Parenting After a Divorce

Once a divorce has been finalized, each party is able to move forward however they please. But when there are children involved, moving forward may not be as easy. Parents may need to speak to each other and consult with each other if they have agreed that their child will be able to live and spend time with each parent.

In order to manage co-parenting amicably, it’s best advised to develop some sort of parenting plan that clearly outlines each parents’ responsibilities, and how to resolve any issues that arise.

As outlined on the Government of Canada website, there are many issues that parents may need to iron out in a parenting plan. Depending on your relationship with the other parent, you may not need to iron out every detail, but it’s best to consult with a legal professional to figure out what items you should put down on paper that make sense for your family.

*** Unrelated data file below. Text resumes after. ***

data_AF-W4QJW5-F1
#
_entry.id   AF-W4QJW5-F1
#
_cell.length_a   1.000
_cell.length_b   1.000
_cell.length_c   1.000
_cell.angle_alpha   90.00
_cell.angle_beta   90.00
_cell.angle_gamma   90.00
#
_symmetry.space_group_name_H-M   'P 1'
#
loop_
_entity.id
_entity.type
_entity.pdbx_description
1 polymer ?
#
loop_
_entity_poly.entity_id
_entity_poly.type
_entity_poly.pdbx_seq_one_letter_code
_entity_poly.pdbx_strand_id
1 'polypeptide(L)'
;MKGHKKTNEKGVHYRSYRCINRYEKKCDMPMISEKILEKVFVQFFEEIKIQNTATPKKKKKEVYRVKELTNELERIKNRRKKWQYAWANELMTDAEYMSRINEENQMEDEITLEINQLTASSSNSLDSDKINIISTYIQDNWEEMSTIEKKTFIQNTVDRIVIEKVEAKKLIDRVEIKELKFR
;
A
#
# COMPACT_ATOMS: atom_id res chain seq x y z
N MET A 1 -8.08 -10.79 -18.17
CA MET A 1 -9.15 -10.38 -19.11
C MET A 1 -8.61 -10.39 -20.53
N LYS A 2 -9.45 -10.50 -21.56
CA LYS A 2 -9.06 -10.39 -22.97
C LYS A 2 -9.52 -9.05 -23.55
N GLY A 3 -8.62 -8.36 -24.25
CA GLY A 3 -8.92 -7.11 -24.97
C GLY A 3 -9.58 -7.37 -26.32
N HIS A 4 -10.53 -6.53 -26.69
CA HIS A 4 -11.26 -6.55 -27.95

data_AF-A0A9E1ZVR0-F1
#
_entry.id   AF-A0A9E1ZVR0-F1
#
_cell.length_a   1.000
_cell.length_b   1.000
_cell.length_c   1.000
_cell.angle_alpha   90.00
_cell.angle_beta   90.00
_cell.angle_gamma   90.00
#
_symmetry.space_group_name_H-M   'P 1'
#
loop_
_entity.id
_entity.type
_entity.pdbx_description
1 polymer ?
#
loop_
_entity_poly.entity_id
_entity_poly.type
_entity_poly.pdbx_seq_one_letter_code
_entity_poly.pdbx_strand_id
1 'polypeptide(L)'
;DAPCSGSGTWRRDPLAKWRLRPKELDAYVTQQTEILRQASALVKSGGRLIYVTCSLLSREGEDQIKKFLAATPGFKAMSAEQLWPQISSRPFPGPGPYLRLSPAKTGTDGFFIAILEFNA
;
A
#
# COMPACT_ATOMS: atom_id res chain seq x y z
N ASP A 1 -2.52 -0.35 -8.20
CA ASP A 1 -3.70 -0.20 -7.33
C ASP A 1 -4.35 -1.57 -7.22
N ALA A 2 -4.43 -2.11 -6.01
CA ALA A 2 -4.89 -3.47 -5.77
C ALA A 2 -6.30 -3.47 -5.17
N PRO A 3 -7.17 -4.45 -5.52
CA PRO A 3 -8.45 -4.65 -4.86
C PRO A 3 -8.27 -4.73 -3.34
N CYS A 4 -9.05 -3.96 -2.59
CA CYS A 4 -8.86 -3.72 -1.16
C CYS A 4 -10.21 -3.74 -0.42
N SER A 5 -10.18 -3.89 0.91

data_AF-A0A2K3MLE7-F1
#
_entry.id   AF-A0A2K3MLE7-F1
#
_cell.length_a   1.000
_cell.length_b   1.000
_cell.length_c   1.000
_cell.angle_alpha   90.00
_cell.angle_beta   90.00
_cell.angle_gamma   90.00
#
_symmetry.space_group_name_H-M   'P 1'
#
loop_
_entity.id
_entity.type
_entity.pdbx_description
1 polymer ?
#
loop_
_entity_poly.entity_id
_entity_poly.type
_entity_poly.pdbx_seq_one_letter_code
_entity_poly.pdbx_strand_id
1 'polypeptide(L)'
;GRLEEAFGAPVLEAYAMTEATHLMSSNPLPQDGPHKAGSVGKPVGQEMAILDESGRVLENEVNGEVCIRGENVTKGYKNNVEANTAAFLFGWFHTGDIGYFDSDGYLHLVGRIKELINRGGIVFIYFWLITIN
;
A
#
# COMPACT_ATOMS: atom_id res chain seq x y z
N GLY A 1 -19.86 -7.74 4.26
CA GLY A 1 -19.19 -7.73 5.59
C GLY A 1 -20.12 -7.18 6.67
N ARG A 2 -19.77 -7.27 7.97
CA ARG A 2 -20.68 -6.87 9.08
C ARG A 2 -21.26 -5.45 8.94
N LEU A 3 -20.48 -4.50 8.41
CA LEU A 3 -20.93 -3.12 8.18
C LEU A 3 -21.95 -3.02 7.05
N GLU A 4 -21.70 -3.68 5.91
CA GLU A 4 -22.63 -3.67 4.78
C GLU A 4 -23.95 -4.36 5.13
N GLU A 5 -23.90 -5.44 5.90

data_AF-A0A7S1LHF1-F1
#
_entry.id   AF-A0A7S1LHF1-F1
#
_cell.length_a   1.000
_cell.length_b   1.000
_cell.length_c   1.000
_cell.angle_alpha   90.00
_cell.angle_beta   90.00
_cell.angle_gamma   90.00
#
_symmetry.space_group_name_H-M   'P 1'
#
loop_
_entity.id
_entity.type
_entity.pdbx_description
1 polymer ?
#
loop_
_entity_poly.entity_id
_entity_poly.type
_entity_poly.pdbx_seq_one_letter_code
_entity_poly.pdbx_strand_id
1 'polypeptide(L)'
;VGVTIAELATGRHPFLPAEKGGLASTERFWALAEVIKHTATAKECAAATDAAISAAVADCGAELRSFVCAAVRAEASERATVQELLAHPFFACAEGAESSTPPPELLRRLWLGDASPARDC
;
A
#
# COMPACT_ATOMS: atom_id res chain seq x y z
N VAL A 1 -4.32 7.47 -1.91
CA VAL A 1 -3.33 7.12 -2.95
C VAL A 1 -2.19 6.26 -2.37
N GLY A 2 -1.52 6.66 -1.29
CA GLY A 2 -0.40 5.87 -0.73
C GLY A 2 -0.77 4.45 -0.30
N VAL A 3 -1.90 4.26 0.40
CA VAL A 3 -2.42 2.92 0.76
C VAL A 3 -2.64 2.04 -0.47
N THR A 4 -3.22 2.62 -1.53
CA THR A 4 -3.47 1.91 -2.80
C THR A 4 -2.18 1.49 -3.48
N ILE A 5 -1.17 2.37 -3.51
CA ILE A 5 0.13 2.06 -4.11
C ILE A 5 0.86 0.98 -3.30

One of the major considerations parents should discuss is holidays. It’s common for families to alternate holidays – so if one parent gets a child for the Easter long weekend this year, the other parent gets the child for Easter long weekend next year. However, the important part of parenting plans is to remember is that they are rarely black and white. What happens if it’s Parent A’s turn to have a child for a weekend, but Parent B has an important family function wants to bring the child?

It’s essential to have a plan on how to communicate grey areas as they arise, and how to resolve them amicably. Regardless if parents are married, together or divorced and separated, raising children is a complex task. Communication is critical to making sure this process is as seamless as possible, especially when a child is splitting time between two homes.

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